MIG witnesses also claim that fluid milk is no longer price inelastic. There are dozens of peer reviewed academic studies that have all consistently found that changes in fluid milk prices have limited impact on fluid milk sales. There was testimony earlier in the hearing from an economist who had recently done another study on fluid milk price elasticity, this time using weekly sales information. He found that weekly changes in price did impact sales and therefore concluded that fluid milk prices are now elastic. I wonder if this is news. Grocery stores put milk on special this week – they sell more; next week the special goes away – they sell less. But over a month or a quarter or a year, are those weekly price changes impacting the total sale of milk? I wonder. Furthermore, FMMO Class I prices only change once per month, so producers have no control over how stores decide to price milk from week to week.

 

There is no denying that Class I sales are in a long-term decline. Ryan Miltner, the attorney for Select Milk Producers wrote an article for the Dairy Producers of New Mexico newsletter last month where he showed a graph taken from Dr. Stephenson’s testimony earlier in the hearing that showed the U.S. Fluid Milk Sales from 2001 to 2017.

 

Miltner writes:

 

I saw this graph and another similar one that continued past 2017 and began trying to figure out what happened in the 2010-2012 period to turn the curve from one with a slight downward slope to one significantly negative. The answer was a Congressional action to improve the health and diets of children. We know Americans generally eat too much sugar and fat. And so, on one level, reducing the sugar and fat in school lunches would help childhood obesity. So, the Health, Hunger-Free Kids Act of 2010 (“HHFKA”) eliminated whole and 2% white milk from school lunches and required that flavored milk be fat-free.

 

The downward consumption trend in 2010 follows a historical pattern. The failure of consumption to turn upward at any point afterward coincides precisely with the HHFKA. Let’s be honest; whole milk tastes way better than 1%, and nonfat chocolate milk isn’t that great, either. Further, kids offered only mediocre milk at lunch are less likely to seek out milk at other opportunities. Your industry has lost an entire K-12 group of milk lovers.

 

Was that the intent of HHFKA? I firmly believe that it was not. School lunches should be well-balanced, include fresh fruit and vegetables, be low in sodium and added sugar, and include appropriate fat levels. Recent dietary research has documented that full-fat dairy does not contribute to obesity and has more comprehensive health benefits. Accordingly, I was thrilled to read that the U.S. House of Representatives will vote on the Whole Milk for Healthy Kids Act the week of December 11. The act would allow schools to offer whole and 2% white flavored milk once again. If enacted, this would be an unqualified victory for dairy farmers. It might even help raise fluid milk consumption.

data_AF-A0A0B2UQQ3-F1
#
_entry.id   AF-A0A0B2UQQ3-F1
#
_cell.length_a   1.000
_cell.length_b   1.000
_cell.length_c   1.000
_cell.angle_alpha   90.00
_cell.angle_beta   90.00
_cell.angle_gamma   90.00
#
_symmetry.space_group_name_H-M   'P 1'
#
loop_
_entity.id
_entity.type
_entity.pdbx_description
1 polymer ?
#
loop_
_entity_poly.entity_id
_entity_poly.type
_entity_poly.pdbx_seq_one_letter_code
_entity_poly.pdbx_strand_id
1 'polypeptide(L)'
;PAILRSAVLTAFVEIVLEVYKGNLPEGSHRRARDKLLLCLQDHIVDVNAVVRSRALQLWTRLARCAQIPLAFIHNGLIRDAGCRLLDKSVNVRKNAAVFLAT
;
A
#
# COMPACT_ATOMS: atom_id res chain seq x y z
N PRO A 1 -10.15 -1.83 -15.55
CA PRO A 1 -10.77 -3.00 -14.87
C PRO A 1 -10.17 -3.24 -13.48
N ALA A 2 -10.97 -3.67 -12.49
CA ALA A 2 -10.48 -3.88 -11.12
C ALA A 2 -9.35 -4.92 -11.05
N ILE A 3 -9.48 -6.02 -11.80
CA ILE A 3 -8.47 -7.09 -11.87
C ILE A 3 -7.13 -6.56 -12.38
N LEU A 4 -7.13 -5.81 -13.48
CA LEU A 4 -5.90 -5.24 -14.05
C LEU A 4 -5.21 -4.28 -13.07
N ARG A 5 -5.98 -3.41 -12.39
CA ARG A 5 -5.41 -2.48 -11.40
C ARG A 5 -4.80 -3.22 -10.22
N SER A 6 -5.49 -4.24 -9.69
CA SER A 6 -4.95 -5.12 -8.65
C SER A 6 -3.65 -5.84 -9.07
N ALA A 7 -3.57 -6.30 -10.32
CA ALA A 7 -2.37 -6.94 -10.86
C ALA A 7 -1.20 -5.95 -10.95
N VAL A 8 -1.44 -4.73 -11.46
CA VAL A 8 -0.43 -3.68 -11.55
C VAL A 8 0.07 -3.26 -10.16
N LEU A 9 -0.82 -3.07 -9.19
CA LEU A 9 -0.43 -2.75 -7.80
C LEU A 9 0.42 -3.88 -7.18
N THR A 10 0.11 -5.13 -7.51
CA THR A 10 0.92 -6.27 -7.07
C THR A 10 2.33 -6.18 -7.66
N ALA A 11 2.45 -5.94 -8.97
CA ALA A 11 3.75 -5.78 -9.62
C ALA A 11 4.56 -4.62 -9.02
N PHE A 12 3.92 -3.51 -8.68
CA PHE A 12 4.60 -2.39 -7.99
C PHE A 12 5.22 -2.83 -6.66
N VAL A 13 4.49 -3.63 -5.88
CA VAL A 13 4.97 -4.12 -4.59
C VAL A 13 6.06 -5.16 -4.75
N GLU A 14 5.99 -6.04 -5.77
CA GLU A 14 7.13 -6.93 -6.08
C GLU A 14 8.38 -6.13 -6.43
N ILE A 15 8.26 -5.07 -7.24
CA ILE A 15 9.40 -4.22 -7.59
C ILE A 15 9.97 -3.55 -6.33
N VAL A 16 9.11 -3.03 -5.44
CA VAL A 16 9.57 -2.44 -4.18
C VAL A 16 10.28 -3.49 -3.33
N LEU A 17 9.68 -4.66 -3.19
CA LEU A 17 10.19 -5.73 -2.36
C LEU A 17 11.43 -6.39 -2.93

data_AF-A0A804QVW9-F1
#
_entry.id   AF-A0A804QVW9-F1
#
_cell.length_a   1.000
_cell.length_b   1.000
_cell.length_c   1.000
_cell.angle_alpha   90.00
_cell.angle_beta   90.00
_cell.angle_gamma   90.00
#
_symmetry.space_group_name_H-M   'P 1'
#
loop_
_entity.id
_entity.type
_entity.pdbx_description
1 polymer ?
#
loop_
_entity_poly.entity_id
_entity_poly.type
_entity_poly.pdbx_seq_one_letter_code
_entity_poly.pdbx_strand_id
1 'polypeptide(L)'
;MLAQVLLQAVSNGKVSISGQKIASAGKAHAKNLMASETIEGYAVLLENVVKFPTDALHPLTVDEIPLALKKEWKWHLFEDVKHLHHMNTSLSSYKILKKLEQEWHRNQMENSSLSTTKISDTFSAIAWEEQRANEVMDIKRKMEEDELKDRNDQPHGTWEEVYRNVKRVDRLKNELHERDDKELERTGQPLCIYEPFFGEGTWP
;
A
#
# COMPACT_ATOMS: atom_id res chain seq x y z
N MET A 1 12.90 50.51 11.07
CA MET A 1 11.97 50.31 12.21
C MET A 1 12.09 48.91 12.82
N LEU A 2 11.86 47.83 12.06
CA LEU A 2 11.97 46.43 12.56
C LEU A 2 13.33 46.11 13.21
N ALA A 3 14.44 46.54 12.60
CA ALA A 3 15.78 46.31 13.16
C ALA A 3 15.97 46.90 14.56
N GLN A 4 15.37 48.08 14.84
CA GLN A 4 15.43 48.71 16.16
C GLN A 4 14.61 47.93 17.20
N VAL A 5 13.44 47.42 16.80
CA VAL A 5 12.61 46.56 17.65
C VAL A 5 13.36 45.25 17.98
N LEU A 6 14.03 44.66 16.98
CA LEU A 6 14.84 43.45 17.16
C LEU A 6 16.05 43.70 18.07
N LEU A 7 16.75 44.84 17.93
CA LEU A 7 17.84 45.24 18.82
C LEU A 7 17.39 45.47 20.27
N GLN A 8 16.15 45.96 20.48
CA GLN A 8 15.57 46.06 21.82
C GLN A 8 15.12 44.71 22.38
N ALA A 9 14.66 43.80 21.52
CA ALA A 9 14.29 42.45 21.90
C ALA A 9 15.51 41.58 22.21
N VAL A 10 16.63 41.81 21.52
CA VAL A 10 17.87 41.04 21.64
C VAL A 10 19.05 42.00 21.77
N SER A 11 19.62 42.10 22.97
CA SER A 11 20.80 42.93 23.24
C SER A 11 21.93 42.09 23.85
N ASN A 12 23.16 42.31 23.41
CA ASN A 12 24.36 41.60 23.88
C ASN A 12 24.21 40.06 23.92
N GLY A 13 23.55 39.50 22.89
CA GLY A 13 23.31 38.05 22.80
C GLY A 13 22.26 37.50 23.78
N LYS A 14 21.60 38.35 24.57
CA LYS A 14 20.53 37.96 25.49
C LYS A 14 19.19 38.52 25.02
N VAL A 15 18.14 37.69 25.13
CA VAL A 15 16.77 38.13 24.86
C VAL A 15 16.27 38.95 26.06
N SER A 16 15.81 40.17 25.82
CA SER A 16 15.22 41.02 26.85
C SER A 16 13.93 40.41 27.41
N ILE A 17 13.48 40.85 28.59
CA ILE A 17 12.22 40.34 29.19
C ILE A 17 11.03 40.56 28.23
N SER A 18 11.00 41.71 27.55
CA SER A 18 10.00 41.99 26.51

The good news is that the Whole Milk for Healthy Kids did pass the House of Representatives in December by a vote of 330-99,  and is now in the Senate awaiting a vote. There are other reasons besides price for why fluid milk sales are down. Reducing producer prices and destroying the FMMO system are not solutions producers should accept.

 

Finally, I want to acknowledge that right now producers are hurting big time. I talked to a banker friend this week who told me this is as bad, or even worse than 2009. That comment prompted me to remember the testimony of my good friend, dairyman Rein Doornenbal of Escalon, during the California FMMO hearing. Rein gave his extensive testimony on November 6, 2015 and you can read the transcript today on the USDA website here. Incidentally, I also testified that same day, and my testimony follows Rein’s.

 

Rein’s testimony begins at page 150 of 271 of that day’s transcript. Rein made a lot of good points, but starting on page 176 he brings up the massive losses producers incurred in 2009. He gives specifics about his dairy, but then talks about the following years where the shortfall to California producers due to the regulatory “California Discount” that existed in the state order actually exceeded the 2009 losses in the following years. His point was that in 2009 it was bad for the entire national dairy industry and because of that the market would eventually recover. But because California producers were not on a level playing field with the FMMO, the shortfalls we experienced from 2010-2015 exceeded the losses incurred in 2009. That has now changed with California being in the FMMO. Our fellow producers in the rest of the country are hurting now too. We do not know how long this will last, but markets do recover and this one will, too. And when it does, we will benefit from those higher prices because we are now on a level playing field.

 

The hearing will resume on Monday, January 29 and will finish according to USDA officials by that Friday, February 2, Groundhog Day.